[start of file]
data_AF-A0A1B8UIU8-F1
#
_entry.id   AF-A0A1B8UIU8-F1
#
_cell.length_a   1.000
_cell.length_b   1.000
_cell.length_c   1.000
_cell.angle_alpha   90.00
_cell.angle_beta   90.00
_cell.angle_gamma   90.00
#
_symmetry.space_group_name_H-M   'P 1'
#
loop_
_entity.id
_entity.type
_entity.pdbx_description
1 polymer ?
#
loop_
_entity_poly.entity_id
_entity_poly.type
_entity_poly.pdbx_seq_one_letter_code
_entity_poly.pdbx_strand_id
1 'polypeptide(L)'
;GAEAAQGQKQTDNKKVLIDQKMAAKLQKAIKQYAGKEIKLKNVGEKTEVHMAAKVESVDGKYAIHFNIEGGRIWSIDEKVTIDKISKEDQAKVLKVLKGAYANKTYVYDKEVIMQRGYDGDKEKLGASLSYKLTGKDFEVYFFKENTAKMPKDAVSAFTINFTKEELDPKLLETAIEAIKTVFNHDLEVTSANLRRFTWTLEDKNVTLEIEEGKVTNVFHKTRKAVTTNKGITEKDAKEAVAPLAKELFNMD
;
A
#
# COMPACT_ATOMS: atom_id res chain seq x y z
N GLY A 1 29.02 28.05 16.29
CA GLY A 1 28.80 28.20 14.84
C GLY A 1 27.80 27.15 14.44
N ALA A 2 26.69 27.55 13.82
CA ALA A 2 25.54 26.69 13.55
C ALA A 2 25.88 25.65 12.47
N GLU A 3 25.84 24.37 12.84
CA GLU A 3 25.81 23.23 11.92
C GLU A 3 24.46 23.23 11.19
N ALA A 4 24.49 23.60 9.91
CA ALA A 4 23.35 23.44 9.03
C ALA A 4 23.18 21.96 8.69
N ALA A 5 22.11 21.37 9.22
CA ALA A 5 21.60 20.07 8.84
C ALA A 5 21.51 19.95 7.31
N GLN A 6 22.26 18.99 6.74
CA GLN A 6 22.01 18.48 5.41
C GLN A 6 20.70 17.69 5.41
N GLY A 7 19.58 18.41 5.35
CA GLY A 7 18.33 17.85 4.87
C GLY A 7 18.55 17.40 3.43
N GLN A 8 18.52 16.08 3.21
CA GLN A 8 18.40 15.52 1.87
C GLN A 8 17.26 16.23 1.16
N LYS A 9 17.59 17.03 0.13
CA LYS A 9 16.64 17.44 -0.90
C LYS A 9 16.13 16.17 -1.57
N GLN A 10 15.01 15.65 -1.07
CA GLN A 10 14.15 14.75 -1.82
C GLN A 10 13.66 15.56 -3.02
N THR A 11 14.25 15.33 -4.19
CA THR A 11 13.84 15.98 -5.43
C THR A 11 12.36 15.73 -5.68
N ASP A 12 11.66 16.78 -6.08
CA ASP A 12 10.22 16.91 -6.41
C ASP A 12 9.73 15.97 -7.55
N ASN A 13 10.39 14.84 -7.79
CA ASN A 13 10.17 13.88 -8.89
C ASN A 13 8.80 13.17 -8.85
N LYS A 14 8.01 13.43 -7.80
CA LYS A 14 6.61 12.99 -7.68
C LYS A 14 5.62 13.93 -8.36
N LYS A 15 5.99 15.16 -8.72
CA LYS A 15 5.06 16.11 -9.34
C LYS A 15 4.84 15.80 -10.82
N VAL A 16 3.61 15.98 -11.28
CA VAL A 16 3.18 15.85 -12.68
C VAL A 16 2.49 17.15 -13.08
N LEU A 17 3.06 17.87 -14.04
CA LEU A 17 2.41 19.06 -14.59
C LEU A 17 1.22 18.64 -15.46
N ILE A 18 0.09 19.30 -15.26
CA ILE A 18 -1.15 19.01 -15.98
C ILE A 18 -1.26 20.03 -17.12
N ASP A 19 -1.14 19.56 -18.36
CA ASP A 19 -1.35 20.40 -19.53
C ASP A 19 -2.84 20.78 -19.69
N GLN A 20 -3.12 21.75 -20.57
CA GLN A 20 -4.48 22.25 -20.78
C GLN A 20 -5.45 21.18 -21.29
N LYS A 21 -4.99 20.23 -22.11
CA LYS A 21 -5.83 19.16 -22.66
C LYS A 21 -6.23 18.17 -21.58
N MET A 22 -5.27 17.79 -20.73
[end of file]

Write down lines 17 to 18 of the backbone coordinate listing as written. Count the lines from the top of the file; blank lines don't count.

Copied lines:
_entity.pdbx_description
1 polymer ?